At What Point In Old West Was Gunfighting Forbidden?

That’s not what Wiki says, by a long shot.

What’s your source?

Interesting. But, as has been said - exactly like a mob war of ambush and slaughter never any duel between men of honor following a code.

I recall the WSJ did an article after the movie bombed. they researched the local newspapers and couldn’t find any deaths, except for the three mentioned.

That’s not the most coherent page. I like the one at Wyoming history better.

The best quote from that article says a lot about the reality of guns and death.

But even if we stick with Wiki, there seems to be fewer than a dozen deaths from 1889 to 1893 and that includes any deaths that can be attributed generally to the situation anywhere in Wyoming.

That’s not what I was commenting on at that point. ralph124c was making a general comment about the “Old West”.

That article is focused on the broader issues versus the various shootings, and is not remotely comprehensive regarding the latter.

I don’t know that this is true.

There were only about 250 people buried in Boothill Cemetery over the six years it was open. So that’s fewer than 50 total deaths per year. That’s for a population of at least 10,000.

There’s less to that than meets the eye.

Tombstone was a rapidly growing town and was founded at around the same time as the graveyard, and the population was only at the 10K level for brief part of the time, and would have averaged a lot less. Furthermore, it was a very young and probably healthy population of miners and cowboys. It’s not like a lot of these deaths were old guys dying from cancer.

In addition, your cite refers to “Some two hundred fifty known people” (emphasis added) buried there.

The cite also says that “The name Boot Hill comes from the fact that many of these graves were filled with people that died suddenly or violently with their boots on!

In sum, that cite is consistent with the notion that Tombstone was a pretty violent place back in those days.

The population was actually substantially more than 10,000. The number doesn’t include the Chinese and Mexican laborers in the town. And there are certainly no more than 300 bodies in the cemetery based on other sources.

Anyway, I think your comment about cancer kind of misses the point: the young and healthy die too, especially miners. The mortality rate for the US as a whole today is just over 8 per 1000 per year. In other words, you would expect a town with a population the size of Tombstone’s to lose 80 people a year. That’s with modern medicine and nutrition and airbags and water treatment and so on.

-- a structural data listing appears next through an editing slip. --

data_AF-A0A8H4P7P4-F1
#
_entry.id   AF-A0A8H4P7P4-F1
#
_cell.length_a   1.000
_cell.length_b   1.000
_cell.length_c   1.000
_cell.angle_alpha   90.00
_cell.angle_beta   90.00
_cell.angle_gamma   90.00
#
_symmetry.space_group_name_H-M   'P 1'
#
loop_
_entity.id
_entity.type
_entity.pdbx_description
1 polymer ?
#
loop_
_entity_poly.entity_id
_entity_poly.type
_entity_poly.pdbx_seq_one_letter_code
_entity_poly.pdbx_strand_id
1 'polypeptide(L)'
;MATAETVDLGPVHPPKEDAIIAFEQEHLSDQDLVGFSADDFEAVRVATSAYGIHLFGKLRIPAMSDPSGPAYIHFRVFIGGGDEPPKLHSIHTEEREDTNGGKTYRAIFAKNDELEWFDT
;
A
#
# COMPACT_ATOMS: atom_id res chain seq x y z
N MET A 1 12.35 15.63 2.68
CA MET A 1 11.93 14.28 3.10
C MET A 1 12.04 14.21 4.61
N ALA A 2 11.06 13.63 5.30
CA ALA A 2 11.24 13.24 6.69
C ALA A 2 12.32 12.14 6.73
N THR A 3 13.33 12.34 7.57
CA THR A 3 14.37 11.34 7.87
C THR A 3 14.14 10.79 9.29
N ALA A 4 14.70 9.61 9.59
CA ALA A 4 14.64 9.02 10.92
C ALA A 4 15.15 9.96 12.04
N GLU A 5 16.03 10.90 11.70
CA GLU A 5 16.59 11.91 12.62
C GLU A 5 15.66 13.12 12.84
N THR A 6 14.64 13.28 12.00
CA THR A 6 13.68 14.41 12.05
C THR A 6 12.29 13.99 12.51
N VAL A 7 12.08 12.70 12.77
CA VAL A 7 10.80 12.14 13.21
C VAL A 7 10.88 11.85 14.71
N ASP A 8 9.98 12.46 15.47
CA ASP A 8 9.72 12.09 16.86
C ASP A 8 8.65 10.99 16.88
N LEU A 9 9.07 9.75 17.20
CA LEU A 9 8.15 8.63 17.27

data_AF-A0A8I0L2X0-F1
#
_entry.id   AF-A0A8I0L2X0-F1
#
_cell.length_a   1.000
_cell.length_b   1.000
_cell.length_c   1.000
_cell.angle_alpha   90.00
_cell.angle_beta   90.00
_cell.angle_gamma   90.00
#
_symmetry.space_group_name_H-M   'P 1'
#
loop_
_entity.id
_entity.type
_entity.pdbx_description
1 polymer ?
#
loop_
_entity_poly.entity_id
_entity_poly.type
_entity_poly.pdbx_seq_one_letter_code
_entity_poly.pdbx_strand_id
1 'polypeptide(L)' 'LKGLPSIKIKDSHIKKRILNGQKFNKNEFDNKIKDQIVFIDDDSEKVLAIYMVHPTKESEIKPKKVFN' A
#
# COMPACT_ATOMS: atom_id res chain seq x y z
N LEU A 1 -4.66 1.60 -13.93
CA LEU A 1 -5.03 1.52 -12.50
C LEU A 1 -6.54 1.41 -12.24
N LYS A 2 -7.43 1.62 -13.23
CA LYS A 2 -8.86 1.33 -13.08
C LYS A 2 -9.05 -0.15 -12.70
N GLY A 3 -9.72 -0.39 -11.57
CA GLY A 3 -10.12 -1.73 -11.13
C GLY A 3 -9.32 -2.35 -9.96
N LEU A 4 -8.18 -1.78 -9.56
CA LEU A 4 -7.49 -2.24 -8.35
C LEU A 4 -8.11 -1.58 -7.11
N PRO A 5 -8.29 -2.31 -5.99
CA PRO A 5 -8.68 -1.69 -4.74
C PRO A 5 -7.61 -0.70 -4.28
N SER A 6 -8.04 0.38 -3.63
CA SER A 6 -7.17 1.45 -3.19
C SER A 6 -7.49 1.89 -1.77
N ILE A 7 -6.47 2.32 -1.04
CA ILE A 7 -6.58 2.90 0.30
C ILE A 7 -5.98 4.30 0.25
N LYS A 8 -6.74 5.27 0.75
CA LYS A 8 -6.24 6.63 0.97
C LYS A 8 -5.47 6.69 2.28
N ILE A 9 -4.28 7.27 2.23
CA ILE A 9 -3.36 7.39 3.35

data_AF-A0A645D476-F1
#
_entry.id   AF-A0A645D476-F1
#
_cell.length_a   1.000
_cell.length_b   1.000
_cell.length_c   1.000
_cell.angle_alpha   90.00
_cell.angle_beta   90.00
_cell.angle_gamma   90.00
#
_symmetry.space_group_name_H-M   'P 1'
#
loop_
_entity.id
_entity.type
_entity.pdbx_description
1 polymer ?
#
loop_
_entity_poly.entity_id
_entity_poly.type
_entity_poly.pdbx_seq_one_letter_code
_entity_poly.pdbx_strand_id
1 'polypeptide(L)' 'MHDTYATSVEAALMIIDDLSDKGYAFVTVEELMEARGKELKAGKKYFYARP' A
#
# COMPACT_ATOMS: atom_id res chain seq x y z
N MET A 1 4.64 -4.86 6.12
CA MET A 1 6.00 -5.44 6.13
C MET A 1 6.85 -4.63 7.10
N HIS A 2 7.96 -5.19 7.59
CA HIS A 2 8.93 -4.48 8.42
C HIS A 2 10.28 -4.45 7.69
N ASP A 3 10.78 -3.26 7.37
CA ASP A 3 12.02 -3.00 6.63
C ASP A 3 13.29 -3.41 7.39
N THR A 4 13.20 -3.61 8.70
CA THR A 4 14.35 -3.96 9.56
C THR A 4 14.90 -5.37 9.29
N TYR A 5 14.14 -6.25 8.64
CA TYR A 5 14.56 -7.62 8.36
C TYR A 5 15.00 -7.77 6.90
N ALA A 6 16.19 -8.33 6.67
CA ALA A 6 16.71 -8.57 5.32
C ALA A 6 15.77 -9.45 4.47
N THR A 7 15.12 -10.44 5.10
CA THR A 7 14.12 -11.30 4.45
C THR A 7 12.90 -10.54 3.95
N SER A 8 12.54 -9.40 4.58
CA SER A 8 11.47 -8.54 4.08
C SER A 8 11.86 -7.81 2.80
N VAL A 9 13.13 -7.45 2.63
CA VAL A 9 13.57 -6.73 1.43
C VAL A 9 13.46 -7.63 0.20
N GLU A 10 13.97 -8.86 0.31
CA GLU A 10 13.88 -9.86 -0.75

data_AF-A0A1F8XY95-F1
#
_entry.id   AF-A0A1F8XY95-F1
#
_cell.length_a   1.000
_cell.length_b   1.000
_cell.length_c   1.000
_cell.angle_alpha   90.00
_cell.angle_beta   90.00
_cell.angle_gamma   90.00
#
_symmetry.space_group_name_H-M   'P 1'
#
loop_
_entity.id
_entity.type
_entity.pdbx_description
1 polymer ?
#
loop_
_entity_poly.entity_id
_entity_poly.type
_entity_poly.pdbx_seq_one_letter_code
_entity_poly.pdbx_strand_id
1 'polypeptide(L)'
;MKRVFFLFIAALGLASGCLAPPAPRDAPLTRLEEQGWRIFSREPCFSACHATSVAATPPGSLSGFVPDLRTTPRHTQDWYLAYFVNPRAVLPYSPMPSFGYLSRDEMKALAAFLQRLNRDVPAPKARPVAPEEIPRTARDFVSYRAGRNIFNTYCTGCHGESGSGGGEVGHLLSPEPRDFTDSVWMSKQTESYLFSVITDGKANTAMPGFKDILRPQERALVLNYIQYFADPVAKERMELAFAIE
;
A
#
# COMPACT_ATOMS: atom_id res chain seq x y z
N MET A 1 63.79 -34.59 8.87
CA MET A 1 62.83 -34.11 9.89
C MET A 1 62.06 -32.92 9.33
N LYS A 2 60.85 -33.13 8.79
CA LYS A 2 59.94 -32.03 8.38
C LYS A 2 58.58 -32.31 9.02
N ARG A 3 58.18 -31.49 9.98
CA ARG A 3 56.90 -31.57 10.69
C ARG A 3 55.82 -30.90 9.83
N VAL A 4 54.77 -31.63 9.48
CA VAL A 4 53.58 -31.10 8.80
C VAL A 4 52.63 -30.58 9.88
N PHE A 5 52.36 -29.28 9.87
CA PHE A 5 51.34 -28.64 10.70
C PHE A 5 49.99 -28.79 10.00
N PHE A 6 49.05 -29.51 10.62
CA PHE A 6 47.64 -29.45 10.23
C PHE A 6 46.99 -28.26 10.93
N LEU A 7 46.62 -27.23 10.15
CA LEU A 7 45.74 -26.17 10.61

If there’s some reason to believe that everyone who died during those six years was buried in that spot then those numbers are more meaningful than if people had a tendency to bury people elsehweres

Other than the Chinese, everyone was buried in Boothill while it was open.

This is a specious point.

Of course “the young and healthy die too”, but at rates that are a fraction of those of older people and the population as a whole. To put some illustrative numbers on it, look at this cite from US Census data from 1995. The number for all ages is 880 per 100K, which is close to the figure you give. But the number for the 25-44 age group is 192 per 100K, while the number for 65 and over is 5,053 per 100K.

And again, the people in Tombstone were undoubtedly healthier than the average 25-44, being concentrated in mining and cattle ranching which are demanding fields.

I’m not claiming that everyone who died in Tombstone was shot, of course, and there would have been some people who died in mining or other accidents, or infections and so on. But based on the numbers that you’ve shown, and the average population and demographic of that town, the evidence is that a lot more people were dying than would be expected for that population, which is consistent with the notion that there was quite a lot of violence going on.

From the Johnson Wiki page, I count 3 lynchings, 2 “disappeared”, 1 poisoned, and about 15 assorted “gunned down”, “shot”, or “assassinated” in some way connected to the troubles that started with the initial 2 lynchings.

It was surprisingly common, even in that era, for bodies to be embalmed and shipped back to the family. So where you die and where you were buried are not always the same.

Which seems pretty considerable for a county that had only 2357 inhabitants according to the 1890 census.